The Rules, Part LVII

The more that markets are united through derivatives, the more systemic risk is created.

Derivatives exist to subvert regulations, at least the regulations that don’t involve derivatives.  Ideally, derivatives allow those that want to take on a given risk, to have the ability to do so.  And the same for laying off risk.

But here’s the difficulty.  You can create all the derivatives you want, but total risk never goes away, it is only shifted.  There are many idiosyncratic risks for which there is no natural counterparty, i.e., one that faces the opposite risk.  What does it take to get someone to speculate on a risk?  Well, you have to offer them good terms, such that on average, they have the expectation of a profit.  The speculator may try to delta-hedge, and/or cross-hedge his risks, or he may not.  But the speculator is usually in a weaker financial position than the hedger.  Let me give an example:

In the insurance world, with a few exceptions, large direct writers have higher ratings than reinsurers.  And for what few reinsurers of reinsurers there are (“retrocessionaires”) they usually have lower ratings than the reinsurers.  There is a tendency for the economic world to arrange itself like a Collateralized Debt Obligation.

Think about it.  In a CDO, the junior tranches insure those that are more senior against loss.  In exchange, they are offered a higher yield.  That’s what goes on with those that speculate with derivatives.  The one being insured typically gives up some economics to the speculator.

Now if this goes on in a small way, there is no trouble.  But if large numbers of parties lay off their risks in this way, a large amount of  risk is in the hands of speculators which don’t have the best balance sheets.  It’s not as bad as people holding stocks in 1929 on 10% margin, but you get the idea.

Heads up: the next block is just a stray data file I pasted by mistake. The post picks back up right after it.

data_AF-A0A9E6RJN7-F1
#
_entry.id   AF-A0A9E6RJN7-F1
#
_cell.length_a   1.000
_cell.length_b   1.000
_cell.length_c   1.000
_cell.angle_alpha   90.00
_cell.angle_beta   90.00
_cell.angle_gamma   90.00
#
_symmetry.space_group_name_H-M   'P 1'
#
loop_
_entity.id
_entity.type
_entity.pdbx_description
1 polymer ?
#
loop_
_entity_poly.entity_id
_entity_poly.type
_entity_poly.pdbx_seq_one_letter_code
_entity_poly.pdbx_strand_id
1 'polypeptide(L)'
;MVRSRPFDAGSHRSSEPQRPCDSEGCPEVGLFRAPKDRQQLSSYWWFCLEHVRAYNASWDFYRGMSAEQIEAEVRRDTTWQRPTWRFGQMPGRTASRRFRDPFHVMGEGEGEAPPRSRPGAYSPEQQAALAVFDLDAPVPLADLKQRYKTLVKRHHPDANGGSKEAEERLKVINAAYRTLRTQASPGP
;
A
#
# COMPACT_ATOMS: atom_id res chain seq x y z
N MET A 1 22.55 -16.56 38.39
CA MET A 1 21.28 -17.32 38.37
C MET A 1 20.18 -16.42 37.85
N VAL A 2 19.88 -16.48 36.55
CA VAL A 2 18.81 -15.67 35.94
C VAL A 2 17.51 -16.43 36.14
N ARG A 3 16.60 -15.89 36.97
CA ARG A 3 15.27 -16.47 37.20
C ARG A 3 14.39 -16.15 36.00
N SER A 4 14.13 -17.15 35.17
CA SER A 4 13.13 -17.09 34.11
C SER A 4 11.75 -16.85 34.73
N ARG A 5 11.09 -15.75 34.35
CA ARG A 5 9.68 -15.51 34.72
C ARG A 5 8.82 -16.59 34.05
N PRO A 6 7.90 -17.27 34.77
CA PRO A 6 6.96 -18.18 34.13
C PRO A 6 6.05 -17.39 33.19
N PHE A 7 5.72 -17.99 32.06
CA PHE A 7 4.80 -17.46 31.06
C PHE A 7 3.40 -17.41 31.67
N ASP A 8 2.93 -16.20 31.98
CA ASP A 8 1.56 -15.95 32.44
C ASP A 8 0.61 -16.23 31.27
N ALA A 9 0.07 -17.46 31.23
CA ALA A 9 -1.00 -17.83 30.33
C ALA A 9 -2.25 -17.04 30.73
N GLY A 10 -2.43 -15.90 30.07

Anytime risk is concentrated in the hands of those less well capitalized, there is heightened systemic risk.  Think of AIG writing gonzo amounts of subprime AAA RMBS CDS for a pittance.  Everyone on Wall Street took advantage of them, except for one thing — because everyone was insured by AIG, no one was truly insured by AIG.  If the Fed hadn’t stepped in, who knows who could have been insolvent — and that’s what should have happened, with the regulators letting holding companies fail, but protecting regulated subsidiaries, so that ordinary people would not be harmed.

When risks are in the hands of those with weak abilities to bear risk, not only are the weak affected but the strong also.  The strong, thinking their risks are covered, lever up more because they aren’t worried about the risks.  When the weak fail, and the strong find that risk is shifting back to them, they find that they themselves are hard-pressed, because they don’t have so much equity to cushion the losses.

There is no free lunch with risk.  The most we can do is try to analyze who is bearing the risk.  If it is in strong hands, we don’t have to worry.  If it is in weak hands, perhaps it is time to reduce risk, and not synthetically, but by genuine sales of assets.

If we want to solve this problem we should require insurable interest, and only let hedgers initiate transactions.  But who will take on the lobbyists?

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